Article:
The 1996 amendments to FOIA mark the first congressional recognition that rights of access to government information must change to keep up with technological advances

by / December 31, 1996
In October, President Clinton signed the Electronic Freedom of Information Act Amendments of 1996, often referred to as EFOIA. He noted that the legislation "brings FOIA into the information and electronic age," but added that "as the government actively disseminates more information, I hope that there will be less need to use FOIA to obtain government information." He concluded that "our country was founded on democratic principles of openness and accountability, and for 30 years FOIA has supported these principles. Today, the Electronic Freedom of Information Act Amendments of 1996 reforge an important link between the United States government and the American people."

Amendments to bring FOIA into the electronic age had been percolating slowly in Congress for the past six years, but it wasn't until some Republicans in the House of Representatives finally got interested that the bill began to move on a fast track. The bill had actually passed the Senate in the previous session, but the House essentially ignored it. When the Republicans won control of both Houses in 1994, a pet project of a leading Democratic Senator, Patrick Leahy of Vermont, was not considered a likely candidate for expeditious congressional action. Nevertheless, Leahy's staff slowly but cautiously moved the bill through the Senate Judiciary Committee, where it was poised for Senate approval if the House could be persuaded to act.

Because information policy has often broken down along ideological lines, with Democrats favoring greater access rights for citizens while Republicans supported tighter bureaucratic control of the flow of information, it came as something of a surprise that the fledgling House Government Management, Information and Technology Subcommittee began moving quickly to produce a bill after holding several days of hearings on information issues last June.

The House was unwilling to accept certain portions of the Senate bill, so the subcommittee made substantial revisions in the Senate bill and, essentially, told the Senate that if it wanted a bill it would have to settle for the House version. In a series of negotiations between House and Senate staff, the House revisions took hold with only minor changes. The House passed the amendments Sept. 17, with the Senate passing its own bill that evening and then passing the House bill the next day.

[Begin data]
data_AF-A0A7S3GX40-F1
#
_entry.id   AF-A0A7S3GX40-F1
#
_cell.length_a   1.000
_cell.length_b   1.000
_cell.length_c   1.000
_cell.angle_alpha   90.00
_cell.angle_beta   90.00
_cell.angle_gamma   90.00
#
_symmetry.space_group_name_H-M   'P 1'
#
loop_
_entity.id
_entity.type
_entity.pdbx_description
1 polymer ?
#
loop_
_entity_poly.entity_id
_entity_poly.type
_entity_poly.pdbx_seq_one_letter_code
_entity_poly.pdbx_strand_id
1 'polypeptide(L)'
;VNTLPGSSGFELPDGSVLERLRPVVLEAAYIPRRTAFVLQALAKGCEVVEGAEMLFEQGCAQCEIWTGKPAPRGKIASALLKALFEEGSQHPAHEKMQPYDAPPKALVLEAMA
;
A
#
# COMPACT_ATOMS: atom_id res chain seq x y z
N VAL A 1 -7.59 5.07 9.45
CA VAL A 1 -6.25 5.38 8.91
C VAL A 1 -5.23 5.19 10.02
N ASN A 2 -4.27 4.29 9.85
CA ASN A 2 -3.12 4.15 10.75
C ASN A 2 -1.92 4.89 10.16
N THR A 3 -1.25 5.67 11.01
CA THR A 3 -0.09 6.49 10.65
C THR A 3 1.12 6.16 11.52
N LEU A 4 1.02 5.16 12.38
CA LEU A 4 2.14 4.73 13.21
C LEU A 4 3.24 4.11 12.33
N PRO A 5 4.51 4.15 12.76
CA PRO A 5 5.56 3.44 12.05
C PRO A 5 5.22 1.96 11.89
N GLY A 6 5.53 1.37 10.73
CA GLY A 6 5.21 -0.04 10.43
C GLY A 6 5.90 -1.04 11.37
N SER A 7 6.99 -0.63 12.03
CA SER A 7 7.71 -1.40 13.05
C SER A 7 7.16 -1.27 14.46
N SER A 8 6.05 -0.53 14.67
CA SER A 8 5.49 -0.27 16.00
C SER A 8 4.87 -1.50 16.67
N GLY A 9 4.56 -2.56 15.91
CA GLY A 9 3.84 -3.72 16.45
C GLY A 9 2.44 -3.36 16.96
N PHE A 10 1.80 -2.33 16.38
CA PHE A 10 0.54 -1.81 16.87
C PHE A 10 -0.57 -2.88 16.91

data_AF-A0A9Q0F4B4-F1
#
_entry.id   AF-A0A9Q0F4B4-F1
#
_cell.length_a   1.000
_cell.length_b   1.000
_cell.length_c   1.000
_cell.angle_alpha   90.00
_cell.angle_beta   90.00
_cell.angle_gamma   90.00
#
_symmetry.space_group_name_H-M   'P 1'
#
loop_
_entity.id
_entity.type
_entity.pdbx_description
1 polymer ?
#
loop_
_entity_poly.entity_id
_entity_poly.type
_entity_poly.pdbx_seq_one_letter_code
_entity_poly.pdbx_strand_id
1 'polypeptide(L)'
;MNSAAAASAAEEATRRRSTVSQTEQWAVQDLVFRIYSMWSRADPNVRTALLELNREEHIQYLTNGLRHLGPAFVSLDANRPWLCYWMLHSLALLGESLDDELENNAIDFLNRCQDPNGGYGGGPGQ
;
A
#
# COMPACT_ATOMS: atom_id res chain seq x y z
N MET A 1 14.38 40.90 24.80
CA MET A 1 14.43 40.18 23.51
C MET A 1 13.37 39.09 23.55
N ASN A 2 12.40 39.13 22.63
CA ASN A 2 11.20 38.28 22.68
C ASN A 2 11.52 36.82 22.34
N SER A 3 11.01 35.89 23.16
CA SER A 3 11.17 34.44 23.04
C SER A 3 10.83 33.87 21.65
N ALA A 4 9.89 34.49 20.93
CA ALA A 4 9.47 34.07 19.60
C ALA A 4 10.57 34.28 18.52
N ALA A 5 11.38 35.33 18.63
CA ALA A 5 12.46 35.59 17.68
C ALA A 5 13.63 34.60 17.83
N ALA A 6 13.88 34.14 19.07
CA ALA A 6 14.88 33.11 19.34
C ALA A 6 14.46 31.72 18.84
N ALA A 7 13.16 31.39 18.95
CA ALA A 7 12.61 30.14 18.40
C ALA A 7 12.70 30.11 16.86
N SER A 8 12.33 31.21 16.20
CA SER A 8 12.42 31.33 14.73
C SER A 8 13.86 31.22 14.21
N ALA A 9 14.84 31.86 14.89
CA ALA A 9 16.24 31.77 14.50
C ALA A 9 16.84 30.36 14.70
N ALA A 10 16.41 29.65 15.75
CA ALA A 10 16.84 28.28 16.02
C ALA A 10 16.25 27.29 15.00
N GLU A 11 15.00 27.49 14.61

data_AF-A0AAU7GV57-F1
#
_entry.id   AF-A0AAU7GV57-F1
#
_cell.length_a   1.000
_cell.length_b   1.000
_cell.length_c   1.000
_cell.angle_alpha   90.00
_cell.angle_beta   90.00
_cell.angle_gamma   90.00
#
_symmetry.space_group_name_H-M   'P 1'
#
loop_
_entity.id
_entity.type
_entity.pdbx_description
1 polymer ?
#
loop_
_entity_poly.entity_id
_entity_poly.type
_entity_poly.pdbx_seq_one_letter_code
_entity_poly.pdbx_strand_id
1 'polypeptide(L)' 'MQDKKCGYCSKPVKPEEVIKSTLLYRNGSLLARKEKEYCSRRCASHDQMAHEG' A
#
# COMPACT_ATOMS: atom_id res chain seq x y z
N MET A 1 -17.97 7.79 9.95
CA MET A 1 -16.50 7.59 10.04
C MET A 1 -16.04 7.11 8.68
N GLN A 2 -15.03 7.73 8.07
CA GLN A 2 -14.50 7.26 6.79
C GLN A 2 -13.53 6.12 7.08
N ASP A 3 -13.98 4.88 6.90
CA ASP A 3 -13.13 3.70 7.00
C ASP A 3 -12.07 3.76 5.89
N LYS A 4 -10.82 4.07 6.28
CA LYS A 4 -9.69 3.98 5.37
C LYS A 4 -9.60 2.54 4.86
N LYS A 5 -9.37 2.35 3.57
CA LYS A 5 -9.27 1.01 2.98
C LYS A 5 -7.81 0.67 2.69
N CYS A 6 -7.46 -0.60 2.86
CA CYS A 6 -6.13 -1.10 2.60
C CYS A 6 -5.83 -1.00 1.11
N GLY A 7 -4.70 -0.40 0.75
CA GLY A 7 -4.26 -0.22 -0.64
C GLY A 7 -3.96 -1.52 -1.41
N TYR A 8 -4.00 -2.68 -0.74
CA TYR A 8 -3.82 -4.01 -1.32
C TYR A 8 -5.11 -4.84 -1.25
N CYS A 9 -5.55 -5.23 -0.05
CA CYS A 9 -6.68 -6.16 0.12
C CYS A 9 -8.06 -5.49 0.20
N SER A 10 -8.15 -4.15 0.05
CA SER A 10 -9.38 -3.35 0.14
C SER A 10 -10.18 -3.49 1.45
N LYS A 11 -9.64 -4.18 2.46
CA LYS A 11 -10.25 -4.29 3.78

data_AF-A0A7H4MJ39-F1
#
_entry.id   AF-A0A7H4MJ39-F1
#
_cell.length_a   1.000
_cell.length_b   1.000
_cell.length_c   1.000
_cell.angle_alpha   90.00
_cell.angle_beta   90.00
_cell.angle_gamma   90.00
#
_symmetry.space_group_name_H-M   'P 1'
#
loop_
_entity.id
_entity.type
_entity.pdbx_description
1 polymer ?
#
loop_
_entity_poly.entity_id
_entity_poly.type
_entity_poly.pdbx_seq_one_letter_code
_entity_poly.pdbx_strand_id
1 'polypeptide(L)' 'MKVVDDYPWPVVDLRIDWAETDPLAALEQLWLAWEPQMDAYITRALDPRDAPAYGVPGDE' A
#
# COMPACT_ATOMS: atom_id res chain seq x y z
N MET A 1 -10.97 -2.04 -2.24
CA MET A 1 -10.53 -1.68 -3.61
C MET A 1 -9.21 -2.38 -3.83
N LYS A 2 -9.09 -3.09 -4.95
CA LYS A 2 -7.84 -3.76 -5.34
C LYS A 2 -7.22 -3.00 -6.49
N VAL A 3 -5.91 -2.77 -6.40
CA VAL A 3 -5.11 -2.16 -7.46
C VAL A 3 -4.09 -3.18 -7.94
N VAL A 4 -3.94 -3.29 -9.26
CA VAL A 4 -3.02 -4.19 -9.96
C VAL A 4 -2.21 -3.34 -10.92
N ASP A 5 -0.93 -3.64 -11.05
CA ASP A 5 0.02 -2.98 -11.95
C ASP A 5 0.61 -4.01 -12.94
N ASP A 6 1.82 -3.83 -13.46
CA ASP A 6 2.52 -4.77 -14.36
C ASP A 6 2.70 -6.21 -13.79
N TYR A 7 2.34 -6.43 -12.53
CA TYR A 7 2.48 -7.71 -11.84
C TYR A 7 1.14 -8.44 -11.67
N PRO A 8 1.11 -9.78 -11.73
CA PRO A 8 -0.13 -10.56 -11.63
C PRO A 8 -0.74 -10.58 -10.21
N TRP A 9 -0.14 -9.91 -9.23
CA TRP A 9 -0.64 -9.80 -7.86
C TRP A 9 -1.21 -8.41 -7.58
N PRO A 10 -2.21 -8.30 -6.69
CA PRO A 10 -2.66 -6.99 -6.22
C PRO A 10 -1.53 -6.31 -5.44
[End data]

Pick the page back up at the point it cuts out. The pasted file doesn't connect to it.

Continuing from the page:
The amendments address two problem areas in the existing law. The most complicated and difficult of the two is the matter of delays in responding to requests. Congress decided to extend something of a carrot to the agencies, rolling back the statutory 10-day response times to 20 days. In return, requesters -- especially the press -- received expedited review provisions which allow for quicker processing when a requester persuades an agency that the subject matter of the request is of compelling public interest. There are also some added cumbersome administrative features that attempt to break the logjam of delays.

But of most interest to this audience are the electronic amendments. What once appeared to be a bold move forward now seems a bit old hat, but that is partially due to the nature of the legislative process and the inability to garner sufficient interest in the technological policy issues in either Congress or the Clinton administration. In other words, these amendments were not particularly high priority. Nevertheless, the legislation makes clear that electronic records are subject to the act and that a search for electronic records using software is no different -- for purposes of the law -- than a manual search for paper records.

The new legislation allows requesters to get electronic records in any format, regardless of whether the agency maintains them in that format, as long as such a request would not be unreasonably burdensome. Finally, the amendments require agencies to assess their most requested categories of records and make those records routinely available in electronic form.

Perhaps the most important contribution the amendments make to the state of electronic access under FOIA is to clearly repudiate several court decisions that have been regularly used by the government to obstruct or deny access to electronic records. The legislative history of the amendments indicates that the new format requirements are intended to do away with Dismukes vs. Department of Interior, a case in which the court decided that the agency could choose the format in which information was released as long as the information was qualitatively the same as that requested. Although the government has recently disowned the Dismukes rationale, agencies have frequently applied it in the past to deny access to electronic records, providing paper records instead.